Schizophrenia and Acupuncture

Peggy Bosch, University of Bergen, Norway

On reading the title of this paper, many of you will be thinking: “What in the world do those needles have to do with schizophrenia?” This is a very good question. According to some of the (mostly Chinese) studies that have been done during the last 20 to 30 years, the needles do have an influence on these patients. As a psychologist, scientist, but also an acupuncturist, these results made me curious. You might ask yourself; why does a western psychologist who was educated at the Radboud University Nijmegen (the Netherlands), think this is even remotely interesting? I will try to explain this to you in the following paper and I invite all of you to make up your own minds as to whether we should be doing (thorough and western) research on this subject. One opinion that I would like to add is that I think that we owe it to our patients to do research on anything that might be helpful. In the last decade, there have not been many breakthroughs in the field of schizophrenia, at least not in the treatment of it. We have been concentrating on fMRI, gene-technology, neurotransmitters etc., however, apart from some small improvements in medication, no real large differences were made for our patients. As therapists we should do everything in our power to change this.

Key words: schizophrenia, acupuncture, fMRI, limbic system, ECT.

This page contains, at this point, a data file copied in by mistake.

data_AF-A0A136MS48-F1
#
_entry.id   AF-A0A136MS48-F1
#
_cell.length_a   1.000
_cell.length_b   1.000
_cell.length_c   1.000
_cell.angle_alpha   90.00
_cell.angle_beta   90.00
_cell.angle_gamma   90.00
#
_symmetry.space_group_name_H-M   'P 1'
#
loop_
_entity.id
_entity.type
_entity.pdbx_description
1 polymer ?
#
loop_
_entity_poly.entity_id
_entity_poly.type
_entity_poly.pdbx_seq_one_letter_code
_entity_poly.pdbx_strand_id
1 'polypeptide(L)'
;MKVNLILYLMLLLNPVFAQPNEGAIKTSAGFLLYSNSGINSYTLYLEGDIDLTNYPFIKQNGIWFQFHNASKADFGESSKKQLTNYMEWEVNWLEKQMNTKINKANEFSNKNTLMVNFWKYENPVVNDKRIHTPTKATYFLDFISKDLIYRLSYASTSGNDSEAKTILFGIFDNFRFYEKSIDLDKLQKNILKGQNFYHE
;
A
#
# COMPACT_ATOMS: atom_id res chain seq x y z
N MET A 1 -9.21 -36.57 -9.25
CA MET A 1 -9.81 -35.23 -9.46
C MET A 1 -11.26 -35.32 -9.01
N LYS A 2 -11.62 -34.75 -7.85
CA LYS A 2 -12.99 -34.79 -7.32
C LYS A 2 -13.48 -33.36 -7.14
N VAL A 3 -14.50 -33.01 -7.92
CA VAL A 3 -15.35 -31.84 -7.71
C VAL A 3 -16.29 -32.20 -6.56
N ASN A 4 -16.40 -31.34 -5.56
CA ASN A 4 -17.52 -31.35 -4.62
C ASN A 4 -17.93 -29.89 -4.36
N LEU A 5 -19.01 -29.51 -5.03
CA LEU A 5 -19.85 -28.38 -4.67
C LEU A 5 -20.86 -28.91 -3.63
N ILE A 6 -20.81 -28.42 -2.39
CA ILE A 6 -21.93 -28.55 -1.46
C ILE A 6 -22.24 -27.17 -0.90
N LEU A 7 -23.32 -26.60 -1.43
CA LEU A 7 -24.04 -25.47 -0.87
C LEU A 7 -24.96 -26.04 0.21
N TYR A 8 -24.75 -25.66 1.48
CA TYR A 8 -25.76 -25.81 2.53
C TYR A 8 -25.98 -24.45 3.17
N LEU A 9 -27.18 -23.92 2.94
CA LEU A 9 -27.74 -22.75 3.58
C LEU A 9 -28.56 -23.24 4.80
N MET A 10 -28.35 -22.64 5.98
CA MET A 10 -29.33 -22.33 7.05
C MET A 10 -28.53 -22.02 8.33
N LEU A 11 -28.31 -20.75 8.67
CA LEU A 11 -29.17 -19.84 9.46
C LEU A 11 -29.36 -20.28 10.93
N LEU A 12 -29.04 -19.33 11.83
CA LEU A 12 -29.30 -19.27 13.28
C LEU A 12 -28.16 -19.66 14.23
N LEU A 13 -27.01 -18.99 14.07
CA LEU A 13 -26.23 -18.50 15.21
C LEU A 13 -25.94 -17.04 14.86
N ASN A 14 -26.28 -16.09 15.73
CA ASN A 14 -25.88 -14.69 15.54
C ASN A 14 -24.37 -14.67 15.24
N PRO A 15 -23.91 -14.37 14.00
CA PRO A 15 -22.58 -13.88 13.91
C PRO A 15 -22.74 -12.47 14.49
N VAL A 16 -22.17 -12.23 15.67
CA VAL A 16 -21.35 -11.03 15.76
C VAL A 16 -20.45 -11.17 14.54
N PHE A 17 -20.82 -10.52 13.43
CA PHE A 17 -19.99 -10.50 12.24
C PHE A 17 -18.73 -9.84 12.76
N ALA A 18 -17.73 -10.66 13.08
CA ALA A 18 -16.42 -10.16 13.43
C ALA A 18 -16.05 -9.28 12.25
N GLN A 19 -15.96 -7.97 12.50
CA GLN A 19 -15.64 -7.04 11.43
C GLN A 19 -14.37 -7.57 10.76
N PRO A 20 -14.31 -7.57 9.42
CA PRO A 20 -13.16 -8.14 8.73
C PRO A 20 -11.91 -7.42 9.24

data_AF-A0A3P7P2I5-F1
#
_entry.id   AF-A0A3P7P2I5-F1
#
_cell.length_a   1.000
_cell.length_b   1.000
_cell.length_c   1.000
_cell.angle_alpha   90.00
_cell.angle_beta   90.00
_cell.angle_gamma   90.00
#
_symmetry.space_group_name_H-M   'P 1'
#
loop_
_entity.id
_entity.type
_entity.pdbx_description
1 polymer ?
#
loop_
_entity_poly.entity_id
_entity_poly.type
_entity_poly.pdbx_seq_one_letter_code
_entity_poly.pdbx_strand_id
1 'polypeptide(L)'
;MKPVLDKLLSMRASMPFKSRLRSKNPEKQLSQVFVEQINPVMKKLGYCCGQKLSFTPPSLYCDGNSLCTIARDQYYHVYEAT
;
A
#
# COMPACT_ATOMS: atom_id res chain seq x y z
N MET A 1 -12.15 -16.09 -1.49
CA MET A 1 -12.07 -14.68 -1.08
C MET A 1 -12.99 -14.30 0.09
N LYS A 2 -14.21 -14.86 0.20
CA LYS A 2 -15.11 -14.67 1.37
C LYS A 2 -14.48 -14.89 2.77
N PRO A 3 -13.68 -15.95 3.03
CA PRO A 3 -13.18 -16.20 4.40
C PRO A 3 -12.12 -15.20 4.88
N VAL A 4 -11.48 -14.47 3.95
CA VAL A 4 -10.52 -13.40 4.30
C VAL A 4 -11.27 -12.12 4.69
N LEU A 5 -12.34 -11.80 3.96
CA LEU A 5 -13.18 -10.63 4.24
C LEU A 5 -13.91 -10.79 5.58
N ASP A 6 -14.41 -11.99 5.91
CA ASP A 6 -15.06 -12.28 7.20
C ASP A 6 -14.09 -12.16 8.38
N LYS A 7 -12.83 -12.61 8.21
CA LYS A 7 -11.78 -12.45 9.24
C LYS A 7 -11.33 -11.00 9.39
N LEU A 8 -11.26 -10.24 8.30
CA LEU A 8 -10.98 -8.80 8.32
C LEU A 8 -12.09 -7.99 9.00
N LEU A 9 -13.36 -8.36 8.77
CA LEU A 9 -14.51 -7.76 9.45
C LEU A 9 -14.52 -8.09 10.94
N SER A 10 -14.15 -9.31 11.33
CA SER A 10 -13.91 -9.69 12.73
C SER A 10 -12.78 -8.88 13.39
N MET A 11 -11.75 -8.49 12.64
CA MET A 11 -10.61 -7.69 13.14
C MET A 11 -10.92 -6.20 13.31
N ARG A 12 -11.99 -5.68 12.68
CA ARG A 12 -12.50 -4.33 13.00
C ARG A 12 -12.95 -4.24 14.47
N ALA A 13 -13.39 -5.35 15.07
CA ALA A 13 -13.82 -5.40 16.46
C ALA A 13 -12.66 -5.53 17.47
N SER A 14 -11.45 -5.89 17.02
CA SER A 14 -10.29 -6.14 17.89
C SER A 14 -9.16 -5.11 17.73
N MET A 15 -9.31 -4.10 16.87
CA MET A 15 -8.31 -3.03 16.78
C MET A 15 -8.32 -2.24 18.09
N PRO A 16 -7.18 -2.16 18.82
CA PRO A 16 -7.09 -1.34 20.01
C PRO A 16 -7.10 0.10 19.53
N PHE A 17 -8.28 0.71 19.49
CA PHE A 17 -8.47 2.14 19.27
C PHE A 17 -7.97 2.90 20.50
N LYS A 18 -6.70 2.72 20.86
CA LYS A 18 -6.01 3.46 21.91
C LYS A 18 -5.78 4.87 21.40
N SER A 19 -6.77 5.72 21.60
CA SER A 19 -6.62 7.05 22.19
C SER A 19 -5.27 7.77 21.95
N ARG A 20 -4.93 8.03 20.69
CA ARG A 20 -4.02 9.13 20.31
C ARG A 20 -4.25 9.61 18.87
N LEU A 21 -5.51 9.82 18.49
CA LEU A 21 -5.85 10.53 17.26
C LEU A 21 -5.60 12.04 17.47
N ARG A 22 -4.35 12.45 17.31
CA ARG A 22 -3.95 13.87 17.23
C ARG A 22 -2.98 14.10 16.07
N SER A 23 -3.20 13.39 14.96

In this paper, I would like to summarize some of the results that have been found on acupuncture in fMRI studies, some acupuncture results that were found in studies that included schizophrenic patients, and last but not least I would like to include some results out of research on schizophrenia. The combination of all these results and studies, led me to believe that there is at least enough evidence to do some western research on this subject. However, I would like to invite the readers of this paper to make up their own minds on this subject.


In the first place, acupuncture is now known to have a positive influence on a number of diseases and disorders (NIH, 1998), yet how this influence comes about is still unknown. One field of research, in which researchers are trying to find out how acupuncture works, is neuroimaging (mostly fMRI). In combined acupuncture and fMRI research, limited points were investigated so far, however, results on these points showed that acupuncture activated mainly pain-regulative pathways, motor-relative functional regions, the visual cortex, and other brain areas. Some parts of the brain that were activated are related to emotion (like the limbic system and amygdala). One conclusion we might come to, after reading the available literature on acupuncture (about 37 studies that were done during the past 10 years); is that the activation of multiple specific brain areas is related to its therapeutic effect on multiple systems (Bosch & Van den Noort, 2005a, 2005b; Yan & Xunchang, 2005).